Expansion tank immediately downstream of main shut-off?

Today I was at a friends house to help with a plumbing repair that involved changing the shut-off valve for the dishwasher. Since there was no isolating valve upstream of this leaking valve, we had to shut the water off at the main. I then noticed that there was an expansion tank almost immediately downstream of the main shut-off. The water heater was integrated with the boiler and they were on the opposite side of the basement. Since I wasn’t there to do an inspection, I didn’t look for another expansion tank for the boiler. I just want to know if anyone has seen such a set-up before. It didn’t seem like a proper installation for the boiler, given that it was so far from it. What do you guys think?

Not sue what you mean by “water heater integrated with the boiler”

Was there a water heater or just a loop in the boiler supplying a storage tank for hot water?

The boiler needs an expansion tank.
Was it a closed or open system?
Open systems may have the expansion tank near the top end of the system.

More info if you have it may help us to help you.

Sorry for the poor description. Yes, it was a loop in the boiler supplying a storage tank for hot water. I was aware that it needed an expansion tank but I had never seen one so far from the system and right after the main valve. I thought it seemed a little bizarre since it was in the line that supplied the whole house and not just the boiler. I also didn’t notice any backflow device.


You appear to be describing an expansion tank for the water in the house and not for the boiler.

The boiler water is a seperate system and requires it’s own expansion tank.
And yes there needs to be a backflow preventer on the water feed/make up line to the boiler to prevent cross contamination with potable water.

That’s the way it appeared, but is that unusual? I know I am a pretty new inspector but I have worked in a ton of homes prior becoming a Home Inspector and I had never seen that arrangement, at least not in this area.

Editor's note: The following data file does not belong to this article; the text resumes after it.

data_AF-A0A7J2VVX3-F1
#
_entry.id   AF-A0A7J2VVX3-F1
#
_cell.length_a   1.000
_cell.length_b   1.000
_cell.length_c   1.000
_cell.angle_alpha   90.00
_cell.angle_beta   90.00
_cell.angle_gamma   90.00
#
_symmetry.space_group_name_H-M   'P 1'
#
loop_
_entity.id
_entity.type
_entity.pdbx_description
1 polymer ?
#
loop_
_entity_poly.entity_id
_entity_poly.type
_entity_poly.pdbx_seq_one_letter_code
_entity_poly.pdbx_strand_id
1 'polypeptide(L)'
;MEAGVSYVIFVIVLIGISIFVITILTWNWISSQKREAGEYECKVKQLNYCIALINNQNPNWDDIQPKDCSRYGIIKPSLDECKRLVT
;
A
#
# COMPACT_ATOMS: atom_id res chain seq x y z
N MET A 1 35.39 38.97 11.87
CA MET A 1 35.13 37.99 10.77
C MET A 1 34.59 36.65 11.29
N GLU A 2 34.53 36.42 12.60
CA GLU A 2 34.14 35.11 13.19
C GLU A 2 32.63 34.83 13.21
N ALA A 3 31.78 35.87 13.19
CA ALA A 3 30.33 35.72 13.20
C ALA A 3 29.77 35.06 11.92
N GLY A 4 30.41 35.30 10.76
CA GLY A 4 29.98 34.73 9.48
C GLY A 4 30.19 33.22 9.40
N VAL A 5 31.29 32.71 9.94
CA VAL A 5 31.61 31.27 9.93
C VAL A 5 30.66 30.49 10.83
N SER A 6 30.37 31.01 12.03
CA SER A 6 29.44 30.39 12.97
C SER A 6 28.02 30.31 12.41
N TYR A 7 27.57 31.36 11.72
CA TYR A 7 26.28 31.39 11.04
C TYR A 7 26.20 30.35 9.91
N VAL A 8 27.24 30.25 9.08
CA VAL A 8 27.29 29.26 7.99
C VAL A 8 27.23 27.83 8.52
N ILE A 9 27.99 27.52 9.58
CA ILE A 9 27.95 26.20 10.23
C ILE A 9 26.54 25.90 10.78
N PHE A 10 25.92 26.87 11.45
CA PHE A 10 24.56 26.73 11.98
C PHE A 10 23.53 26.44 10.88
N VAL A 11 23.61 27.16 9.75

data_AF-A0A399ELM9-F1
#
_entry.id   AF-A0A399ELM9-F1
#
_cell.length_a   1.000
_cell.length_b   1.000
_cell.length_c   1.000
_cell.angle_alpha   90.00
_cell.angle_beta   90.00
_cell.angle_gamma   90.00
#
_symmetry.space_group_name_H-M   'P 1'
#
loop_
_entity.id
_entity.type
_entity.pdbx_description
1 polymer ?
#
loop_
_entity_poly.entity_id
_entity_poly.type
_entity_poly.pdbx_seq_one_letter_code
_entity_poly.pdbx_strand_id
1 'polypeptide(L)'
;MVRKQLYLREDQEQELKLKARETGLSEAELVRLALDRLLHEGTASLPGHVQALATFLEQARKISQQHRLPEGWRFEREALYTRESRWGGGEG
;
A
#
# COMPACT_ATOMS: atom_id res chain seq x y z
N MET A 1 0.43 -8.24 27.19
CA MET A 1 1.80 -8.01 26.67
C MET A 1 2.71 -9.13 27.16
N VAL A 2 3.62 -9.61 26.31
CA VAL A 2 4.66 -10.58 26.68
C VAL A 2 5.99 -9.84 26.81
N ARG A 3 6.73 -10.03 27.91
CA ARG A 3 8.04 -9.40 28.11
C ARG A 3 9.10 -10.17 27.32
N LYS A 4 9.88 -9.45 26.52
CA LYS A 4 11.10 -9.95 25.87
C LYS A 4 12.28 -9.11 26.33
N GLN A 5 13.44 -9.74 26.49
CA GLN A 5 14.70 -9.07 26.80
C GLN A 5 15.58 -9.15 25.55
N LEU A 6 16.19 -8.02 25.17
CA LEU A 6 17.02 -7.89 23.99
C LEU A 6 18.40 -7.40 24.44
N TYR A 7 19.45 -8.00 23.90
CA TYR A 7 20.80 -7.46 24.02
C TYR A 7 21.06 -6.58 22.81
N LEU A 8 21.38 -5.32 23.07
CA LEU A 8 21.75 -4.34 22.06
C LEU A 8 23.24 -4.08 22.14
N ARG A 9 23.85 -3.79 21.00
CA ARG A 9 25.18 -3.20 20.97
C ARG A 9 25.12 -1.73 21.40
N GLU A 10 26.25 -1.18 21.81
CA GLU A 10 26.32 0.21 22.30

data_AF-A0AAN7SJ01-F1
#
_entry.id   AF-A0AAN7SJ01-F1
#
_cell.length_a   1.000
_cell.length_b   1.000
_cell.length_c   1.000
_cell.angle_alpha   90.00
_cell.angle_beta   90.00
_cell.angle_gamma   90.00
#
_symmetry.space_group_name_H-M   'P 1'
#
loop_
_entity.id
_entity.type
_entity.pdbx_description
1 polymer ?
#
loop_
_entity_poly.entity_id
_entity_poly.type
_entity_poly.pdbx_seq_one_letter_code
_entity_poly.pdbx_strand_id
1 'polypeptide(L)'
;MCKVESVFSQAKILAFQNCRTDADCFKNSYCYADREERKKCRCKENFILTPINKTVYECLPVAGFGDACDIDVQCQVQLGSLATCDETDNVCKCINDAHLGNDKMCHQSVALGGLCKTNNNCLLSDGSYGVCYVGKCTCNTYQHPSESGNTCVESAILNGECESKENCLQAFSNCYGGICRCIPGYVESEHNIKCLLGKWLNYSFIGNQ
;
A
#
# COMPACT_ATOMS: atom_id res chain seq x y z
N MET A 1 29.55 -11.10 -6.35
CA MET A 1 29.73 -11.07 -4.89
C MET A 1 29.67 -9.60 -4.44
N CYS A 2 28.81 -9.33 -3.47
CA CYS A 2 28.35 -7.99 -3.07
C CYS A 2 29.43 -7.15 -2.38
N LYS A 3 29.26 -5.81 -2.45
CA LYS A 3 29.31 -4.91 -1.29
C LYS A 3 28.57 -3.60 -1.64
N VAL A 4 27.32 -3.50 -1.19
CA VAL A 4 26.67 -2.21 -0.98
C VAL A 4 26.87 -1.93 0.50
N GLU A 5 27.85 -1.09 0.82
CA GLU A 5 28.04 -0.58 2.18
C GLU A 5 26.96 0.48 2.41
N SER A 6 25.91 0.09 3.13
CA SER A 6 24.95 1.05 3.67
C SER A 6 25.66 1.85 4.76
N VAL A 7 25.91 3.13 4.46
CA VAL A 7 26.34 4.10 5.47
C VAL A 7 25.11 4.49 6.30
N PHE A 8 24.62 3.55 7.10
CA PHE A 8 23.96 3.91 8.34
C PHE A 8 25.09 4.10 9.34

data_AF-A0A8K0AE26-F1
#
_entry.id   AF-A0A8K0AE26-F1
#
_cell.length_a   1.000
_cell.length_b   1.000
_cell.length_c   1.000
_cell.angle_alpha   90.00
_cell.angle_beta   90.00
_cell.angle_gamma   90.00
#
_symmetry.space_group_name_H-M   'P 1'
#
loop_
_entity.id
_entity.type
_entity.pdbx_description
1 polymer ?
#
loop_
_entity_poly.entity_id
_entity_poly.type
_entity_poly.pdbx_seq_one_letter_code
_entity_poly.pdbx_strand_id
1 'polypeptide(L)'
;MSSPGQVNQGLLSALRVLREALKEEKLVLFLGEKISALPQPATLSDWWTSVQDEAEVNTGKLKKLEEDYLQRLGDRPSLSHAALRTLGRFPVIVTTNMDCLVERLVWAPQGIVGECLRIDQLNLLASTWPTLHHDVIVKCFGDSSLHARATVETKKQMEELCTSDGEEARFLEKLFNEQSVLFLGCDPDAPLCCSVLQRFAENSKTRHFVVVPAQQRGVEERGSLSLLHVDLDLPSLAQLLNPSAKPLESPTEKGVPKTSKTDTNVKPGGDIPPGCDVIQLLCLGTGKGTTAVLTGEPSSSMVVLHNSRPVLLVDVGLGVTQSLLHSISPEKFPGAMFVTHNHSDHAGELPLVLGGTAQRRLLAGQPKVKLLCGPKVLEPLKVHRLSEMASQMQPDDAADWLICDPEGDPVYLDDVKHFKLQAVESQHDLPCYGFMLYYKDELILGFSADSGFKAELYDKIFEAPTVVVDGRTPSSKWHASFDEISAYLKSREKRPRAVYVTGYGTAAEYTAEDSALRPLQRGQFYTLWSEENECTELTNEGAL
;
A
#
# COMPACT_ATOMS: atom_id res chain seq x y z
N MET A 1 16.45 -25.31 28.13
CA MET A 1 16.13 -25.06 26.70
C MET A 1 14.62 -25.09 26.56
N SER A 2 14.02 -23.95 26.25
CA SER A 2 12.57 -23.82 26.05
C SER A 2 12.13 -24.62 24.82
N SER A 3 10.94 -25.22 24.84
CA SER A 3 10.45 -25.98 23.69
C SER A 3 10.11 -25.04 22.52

Generally I see the expansion tank for the water heater near the water heater but it could be anywhere in the system as it is only there to give the expanding heated water some place to go. :slight_smile:

In your case I will assume there is an expansion tank for the boiler somewhere else.

Thanks for your feedback. I appreciate it. Since I was busy do other things at the time that I noticed the tank, I didn’t spend too much time thinking about it until I was in the car on the way home and it started to bug me!


Are you absolutely sure it was an expansion tank and not some sort of water conditioning equipment? I have seen water softeners, reverse osmosis,a dn filters installed all over the place. It is very common for some water conditioning equipment installs to put a unit right after the main. I will condition the entire house and it is usually in a place to make it easier to service.


This week I saw my first expansion tank on a domestic water supply in a newly constructed townhouse in Wakefield, Massachusetts. The order of things on the new copper water main was: primary shut off, water meter, backflow preventer, small-ish expansion tank.

The plumber showed up while I was there and I asked him about it. He said that in new construction, a backflow preventer is now required (either a separate device or built in to the water meter) and therefore an expansion tank is required.

I have a call into the town plumbing inspector who had been there just ahead of me. BTW, it had nothing to do with a boiler since the heat was a gas fired hot air furnace.

Any plumbers out there with an opinion? If I learn anything else from the plumbing inspector I will post it here.

Donald Bissex
Mystic Home Inspection
Melrose, MA

wish there were pics.

Are you sure this tank was not used as a water hammer arrestor. That happens some times. Is this a well or public?

Ditto for around here. See them on 1 yr warranty inspections.